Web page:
Expected to increase to nearly $13 billion in 2014, for a 5-year compound annual growth rate (CAGR) of 27.9%.
Global Market for Industrial and Utility Solar-Thermal Technologies (EGY070A) from BCC Research (http://www.bccresearch.com), the global market for industrial and utility solar-thermal technologies is worth an estimated $3.7 billion in 2009, but is expected to increase to nearly $13 billion in 2014, for a 5-year compound annual growth rate (CAGR) of 27.9%.— According to a new technical market research report,
The region with the largest segment of the market, North America, is estimated to be worth $536 million in 2009, but is projected to rise at a hefty CAGR of 70.3% to reach $7.7 billion in 2014.
The second-largest segment in 2009, Europe, is actually expected to decrease in value over the next 5 years, from $2.8 billion to $1.2 billion in 2014, dropping at a CAGR of -15.7%.
The largest increase in value will be seen in Asia-Australia. The combined markets there are expected to rise at a CAGR of 116.7%, from an estimated value in 2009 of just $57 million to more than $2.7 billion in 2014.
The segment made up of the Middle East and Africa is expected to rise from $307 million in 2009 to $1.2 billion in 2014, for a CAGR of 31.8%.
Broad-based support for alternative energy as a solution to energy security, global warming, and rising fossil energy prices has generated tremendous interest in solar-energy technologies. Overlooked within the market for renewable-energy technologies and long overshadowed by solar photovoltaic (PV) technologies, Solar Thermal (ST) Technologies have undergone extensive development and represent a unique technological platform for utility-scale power generation. Unlike solar PV technologies, ST technologies can be readily applied to industrial and utility heating systems or power plant thermal-storage systems to generate power when sunlight is unavailable.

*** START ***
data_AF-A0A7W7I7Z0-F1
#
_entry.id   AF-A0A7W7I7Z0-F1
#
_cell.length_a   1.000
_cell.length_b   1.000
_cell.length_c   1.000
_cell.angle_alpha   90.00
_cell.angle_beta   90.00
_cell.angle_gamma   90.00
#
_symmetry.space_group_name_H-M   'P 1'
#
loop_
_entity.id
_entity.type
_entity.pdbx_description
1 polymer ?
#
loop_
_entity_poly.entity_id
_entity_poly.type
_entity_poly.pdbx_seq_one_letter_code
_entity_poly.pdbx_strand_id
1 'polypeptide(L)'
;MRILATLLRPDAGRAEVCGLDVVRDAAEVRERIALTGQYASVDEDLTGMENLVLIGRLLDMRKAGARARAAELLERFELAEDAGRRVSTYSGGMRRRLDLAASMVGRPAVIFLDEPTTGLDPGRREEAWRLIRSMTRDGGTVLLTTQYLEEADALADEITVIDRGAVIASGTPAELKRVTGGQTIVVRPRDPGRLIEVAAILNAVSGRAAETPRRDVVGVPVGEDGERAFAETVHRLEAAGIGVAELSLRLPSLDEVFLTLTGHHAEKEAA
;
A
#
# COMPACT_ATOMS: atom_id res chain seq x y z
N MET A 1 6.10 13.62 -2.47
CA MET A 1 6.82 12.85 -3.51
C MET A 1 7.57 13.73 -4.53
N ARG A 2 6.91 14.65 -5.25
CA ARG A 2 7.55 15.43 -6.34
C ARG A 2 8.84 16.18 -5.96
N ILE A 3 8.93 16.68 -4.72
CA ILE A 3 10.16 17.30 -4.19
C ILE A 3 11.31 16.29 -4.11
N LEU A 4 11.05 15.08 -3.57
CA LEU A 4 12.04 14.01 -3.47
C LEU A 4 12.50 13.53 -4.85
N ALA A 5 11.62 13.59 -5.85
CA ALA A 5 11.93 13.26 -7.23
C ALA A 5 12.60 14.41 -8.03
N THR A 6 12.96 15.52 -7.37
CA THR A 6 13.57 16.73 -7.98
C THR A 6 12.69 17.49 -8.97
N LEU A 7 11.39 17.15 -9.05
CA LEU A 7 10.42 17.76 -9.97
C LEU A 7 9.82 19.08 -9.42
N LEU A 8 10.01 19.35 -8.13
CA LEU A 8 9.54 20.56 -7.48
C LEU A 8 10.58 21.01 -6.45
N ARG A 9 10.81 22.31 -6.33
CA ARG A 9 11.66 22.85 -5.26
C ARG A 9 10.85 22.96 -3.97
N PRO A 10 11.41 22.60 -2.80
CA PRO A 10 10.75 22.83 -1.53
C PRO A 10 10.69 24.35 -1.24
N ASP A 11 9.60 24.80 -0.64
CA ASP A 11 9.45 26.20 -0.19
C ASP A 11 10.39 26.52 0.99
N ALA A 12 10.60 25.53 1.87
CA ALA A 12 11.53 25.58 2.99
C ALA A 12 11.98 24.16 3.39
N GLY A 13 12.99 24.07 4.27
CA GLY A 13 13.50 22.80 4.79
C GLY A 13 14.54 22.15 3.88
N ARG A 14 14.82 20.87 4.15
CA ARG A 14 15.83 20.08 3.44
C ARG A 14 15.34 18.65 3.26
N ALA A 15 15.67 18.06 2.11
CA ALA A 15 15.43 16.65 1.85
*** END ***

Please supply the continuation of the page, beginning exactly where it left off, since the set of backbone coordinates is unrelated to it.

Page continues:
The scope of this investigation includes only major viable technologies and products implemented in the industrial and utility sectors to concentrate, collect, receive, absorb or otherwise make available solar-thermal energy for heating or power-generation processes. These ST technologies can include various components such as receiver surfaces, receiver tubes (heat-collection elements), solar-collector assemblies (structural frames), reflective surfaces (mirrors, reflective film), and solar-tracking and motion-control systems.
The report will be of interest to current and potential manufacturers and suppliers of ST technologies as well as entrepreneurs and entrepreneurial companies interested in entering or expanding into the ST technology sector.